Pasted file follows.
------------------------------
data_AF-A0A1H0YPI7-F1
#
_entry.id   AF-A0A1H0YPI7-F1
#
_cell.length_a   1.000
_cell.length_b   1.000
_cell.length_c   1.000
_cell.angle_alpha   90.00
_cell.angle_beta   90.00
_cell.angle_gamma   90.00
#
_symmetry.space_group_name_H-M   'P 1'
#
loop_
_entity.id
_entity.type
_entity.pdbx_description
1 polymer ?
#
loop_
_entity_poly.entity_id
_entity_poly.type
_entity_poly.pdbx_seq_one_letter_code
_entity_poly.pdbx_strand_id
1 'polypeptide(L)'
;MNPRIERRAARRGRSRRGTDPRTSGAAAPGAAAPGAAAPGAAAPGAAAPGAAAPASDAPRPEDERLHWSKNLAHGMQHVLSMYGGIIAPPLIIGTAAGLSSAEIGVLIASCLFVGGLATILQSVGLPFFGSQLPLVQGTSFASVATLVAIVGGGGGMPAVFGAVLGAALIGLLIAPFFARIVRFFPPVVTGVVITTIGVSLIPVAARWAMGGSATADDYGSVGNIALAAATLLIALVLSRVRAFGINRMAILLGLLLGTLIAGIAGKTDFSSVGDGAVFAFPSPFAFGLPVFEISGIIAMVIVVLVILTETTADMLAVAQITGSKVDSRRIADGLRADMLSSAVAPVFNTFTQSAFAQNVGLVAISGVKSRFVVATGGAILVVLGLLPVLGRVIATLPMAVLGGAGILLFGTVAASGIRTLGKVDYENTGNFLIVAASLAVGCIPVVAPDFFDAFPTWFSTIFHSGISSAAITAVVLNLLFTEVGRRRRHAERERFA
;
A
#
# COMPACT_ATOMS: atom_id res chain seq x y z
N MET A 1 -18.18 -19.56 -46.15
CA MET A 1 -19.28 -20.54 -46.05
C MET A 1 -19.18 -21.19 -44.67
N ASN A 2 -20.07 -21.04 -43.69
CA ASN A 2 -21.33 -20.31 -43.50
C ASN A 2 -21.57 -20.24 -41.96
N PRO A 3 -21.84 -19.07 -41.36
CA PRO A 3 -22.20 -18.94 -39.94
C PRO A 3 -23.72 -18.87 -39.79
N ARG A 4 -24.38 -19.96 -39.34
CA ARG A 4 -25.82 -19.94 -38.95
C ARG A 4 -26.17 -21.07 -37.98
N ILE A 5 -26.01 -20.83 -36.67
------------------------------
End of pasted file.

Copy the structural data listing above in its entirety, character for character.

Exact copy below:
data_AF-A0A1H0YPI7-F1
#
_entry.id   AF-A0A1H0YPI7-F1
#
_cell.length_a   1.000
_cell.length_b   1.000
_cell.length_c   1.000
_cell.angle_alpha   90.00
_cell.angle_beta   90.00
_cell.angle_gamma   90.00
#
_symmetry.space_group_name_H-M   'P 1'
#
loop_
_entity.id
_entity.type
_entity.pdbx_description
1 polymer ?
#
loop_
_entity_poly.entity_id
_entity_poly.type
_entity_poly.pdbx_seq_one_letter_code
_entity_poly.pdbx_strand_id
1 'polypeptide(L)'
;MNPRIERRAARRGRSRRGTDPRTSGAAAPGAAAPGAAAPGAAAPGAAAPGAAAPASDAPRPEDERLHWSKNLAHGMQHVLSMYGGIIAPPLIIGTAAGLSSAEIGVLIASCLFVGGLATILQSVGLPFFGSQLPLVQGTSFASVATLVAIVGGGGGMPAVFGAVLGAALIGLLIAPFFARIVRFFPPVVTGVVITTIGVSLIPVAARWAMGGSATADDYGSVGNIALAAATLLIALVLSRVRAFGINRMAILLGLLLGTLIAGIAGKTDFSSVGDGAVFAFPSPFAFGLPVFEISGIIAMVIVVLVILTETTADMLAVAQITGSKVDSRRIADGLRADMLSSAVAPVFNTFTQSAFAQNVGLVAISGVKSRFVVATGGAILVVLGLLPVLGRVIATLPMAVLGGAGILLFGTVAASGIRTLGKVDYENTGNFLIVAASLAVGCIPVVAPDFFDAFPTWFSTIFHSGISSAAITAVVLNLLFTEVGRRRRHAERERFA
;
A
#
# COMPACT_ATOMS: atom_id res chain seq x y z
N MET A 1 -18.18 -19.56 -46.15
CA MET A 1 -19.28 -20.54 -46.05
C MET A 1 -19.18 -21.19 -44.67
N ASN A 2 -20.07 -21.04 -43.69
CA ASN A 2 -21.33 -20.31 -43.50
C ASN A 2 -21.57 -20.24 -41.96
N PRO A 3 -21.84 -19.07 -41.36
CA PRO A 3 -22.20 -18.94 -39.94
C PRO A 3 -23.72 -18.87 -39.79
N ARG A 4 -24.38 -19.96 -39.34
CA ARG A 4 -25.82 -19.94 -38.95
C ARG A 4 -26.17 -21.07 -37.98
N ILE A 5 -26.01 -20.83 -36.67